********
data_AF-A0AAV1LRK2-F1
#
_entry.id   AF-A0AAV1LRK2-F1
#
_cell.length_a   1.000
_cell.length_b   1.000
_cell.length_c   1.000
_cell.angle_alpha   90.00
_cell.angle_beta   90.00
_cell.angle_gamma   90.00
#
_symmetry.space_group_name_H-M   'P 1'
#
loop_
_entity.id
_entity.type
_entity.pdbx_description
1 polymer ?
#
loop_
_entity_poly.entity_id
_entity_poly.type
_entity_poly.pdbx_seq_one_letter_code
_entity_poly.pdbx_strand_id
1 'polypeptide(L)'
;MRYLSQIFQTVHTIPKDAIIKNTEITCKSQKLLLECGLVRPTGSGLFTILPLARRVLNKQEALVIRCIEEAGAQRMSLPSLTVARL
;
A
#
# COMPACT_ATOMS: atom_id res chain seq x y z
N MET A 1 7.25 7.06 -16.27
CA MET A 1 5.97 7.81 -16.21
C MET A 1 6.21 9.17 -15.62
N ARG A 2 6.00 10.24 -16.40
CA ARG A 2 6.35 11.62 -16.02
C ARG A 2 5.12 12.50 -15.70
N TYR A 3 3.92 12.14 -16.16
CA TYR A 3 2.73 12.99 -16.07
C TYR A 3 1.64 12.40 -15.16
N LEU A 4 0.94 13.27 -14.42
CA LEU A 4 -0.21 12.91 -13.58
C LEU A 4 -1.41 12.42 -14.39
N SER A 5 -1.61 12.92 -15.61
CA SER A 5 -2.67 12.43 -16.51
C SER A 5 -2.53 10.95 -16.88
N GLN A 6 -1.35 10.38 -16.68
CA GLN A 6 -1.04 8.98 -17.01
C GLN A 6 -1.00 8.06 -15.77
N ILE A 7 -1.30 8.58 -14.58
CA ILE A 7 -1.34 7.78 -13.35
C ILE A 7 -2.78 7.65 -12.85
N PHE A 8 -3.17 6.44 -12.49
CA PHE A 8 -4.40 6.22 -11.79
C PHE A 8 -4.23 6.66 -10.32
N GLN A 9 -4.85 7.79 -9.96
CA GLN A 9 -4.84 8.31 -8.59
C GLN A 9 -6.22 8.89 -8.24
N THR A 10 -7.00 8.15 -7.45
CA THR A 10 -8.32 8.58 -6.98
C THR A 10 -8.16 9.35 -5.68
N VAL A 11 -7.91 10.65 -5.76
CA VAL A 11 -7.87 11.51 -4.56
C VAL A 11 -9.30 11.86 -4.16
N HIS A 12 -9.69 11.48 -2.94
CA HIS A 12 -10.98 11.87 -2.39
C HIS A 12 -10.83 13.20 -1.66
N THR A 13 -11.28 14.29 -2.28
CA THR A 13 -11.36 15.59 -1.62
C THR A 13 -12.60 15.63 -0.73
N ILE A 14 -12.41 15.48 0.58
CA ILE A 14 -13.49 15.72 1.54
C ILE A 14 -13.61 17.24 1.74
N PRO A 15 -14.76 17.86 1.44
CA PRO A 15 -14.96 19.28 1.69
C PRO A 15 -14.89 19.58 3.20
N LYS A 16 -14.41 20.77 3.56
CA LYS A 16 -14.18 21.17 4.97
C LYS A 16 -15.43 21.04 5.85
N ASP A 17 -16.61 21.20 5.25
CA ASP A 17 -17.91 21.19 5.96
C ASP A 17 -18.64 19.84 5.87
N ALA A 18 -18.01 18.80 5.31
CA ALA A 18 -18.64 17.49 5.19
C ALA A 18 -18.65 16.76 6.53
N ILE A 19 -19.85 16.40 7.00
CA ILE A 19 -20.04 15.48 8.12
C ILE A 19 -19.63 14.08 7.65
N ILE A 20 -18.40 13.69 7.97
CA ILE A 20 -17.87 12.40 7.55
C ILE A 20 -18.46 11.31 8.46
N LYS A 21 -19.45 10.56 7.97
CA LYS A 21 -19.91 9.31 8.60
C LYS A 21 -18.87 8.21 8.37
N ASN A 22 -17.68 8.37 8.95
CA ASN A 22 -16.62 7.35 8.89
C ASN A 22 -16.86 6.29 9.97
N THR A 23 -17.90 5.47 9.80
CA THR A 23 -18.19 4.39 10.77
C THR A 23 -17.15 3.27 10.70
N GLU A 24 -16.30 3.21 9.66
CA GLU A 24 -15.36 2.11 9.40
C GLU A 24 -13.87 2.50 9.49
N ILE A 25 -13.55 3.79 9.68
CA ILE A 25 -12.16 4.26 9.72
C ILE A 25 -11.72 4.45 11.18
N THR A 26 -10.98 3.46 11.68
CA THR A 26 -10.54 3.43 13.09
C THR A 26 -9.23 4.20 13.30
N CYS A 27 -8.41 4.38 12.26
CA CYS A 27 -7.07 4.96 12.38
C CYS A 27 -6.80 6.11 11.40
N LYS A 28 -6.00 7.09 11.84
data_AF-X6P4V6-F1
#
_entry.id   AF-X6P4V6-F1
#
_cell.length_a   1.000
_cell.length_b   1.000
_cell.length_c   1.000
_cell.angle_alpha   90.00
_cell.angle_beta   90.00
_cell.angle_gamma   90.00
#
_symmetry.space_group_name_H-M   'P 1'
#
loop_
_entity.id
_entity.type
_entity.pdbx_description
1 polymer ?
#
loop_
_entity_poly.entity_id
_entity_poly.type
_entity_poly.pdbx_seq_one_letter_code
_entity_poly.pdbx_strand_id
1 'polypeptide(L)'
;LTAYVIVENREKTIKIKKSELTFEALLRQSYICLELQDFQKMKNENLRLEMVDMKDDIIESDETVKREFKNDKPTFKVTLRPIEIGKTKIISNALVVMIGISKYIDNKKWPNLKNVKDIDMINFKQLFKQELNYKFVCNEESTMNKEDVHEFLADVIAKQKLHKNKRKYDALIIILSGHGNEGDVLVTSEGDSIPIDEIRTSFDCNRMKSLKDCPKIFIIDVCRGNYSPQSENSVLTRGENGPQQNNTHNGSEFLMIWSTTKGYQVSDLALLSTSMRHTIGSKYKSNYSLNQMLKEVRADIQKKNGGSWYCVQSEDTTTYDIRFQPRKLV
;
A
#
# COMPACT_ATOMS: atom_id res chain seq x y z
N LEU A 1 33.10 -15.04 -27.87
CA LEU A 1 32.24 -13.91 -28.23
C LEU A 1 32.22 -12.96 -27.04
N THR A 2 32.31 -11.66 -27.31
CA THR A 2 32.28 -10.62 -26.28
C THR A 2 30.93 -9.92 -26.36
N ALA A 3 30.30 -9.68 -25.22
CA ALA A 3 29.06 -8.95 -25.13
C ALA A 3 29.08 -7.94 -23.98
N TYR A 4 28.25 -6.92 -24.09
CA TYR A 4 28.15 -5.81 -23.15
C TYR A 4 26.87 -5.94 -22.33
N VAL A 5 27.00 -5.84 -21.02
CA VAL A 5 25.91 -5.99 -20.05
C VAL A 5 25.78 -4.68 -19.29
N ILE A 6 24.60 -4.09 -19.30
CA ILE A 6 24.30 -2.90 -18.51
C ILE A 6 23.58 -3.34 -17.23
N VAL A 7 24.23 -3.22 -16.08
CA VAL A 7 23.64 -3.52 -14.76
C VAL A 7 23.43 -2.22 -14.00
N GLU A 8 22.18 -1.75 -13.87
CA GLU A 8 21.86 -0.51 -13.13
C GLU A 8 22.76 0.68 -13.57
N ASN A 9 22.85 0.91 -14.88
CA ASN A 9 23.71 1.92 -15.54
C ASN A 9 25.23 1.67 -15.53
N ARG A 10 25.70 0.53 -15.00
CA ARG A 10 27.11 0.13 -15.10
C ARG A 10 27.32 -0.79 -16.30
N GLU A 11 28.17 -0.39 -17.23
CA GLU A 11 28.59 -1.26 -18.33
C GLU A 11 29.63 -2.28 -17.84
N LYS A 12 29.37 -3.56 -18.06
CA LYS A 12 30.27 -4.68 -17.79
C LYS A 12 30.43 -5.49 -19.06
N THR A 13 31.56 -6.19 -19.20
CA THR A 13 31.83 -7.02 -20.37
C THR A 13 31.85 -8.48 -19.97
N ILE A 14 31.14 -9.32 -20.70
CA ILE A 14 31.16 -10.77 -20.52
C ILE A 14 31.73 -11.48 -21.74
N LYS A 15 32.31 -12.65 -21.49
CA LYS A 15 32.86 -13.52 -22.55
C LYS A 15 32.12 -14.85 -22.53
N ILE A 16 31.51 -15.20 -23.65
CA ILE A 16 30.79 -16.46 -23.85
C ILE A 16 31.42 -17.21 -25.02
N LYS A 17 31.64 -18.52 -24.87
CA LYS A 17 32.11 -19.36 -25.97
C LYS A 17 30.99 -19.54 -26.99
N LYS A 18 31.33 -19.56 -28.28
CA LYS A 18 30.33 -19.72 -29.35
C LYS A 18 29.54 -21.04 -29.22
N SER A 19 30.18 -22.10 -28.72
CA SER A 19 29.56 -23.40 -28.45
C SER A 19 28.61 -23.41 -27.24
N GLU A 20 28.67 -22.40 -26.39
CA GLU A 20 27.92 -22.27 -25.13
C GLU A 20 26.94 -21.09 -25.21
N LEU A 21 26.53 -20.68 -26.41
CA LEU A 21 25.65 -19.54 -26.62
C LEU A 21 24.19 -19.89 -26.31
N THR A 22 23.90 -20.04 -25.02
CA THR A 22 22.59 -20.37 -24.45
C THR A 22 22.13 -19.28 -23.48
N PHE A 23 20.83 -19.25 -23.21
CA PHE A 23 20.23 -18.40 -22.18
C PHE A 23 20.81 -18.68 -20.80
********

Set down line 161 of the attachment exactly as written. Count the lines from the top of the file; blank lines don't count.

N VAL A 7 24.23 -3.22 -16.08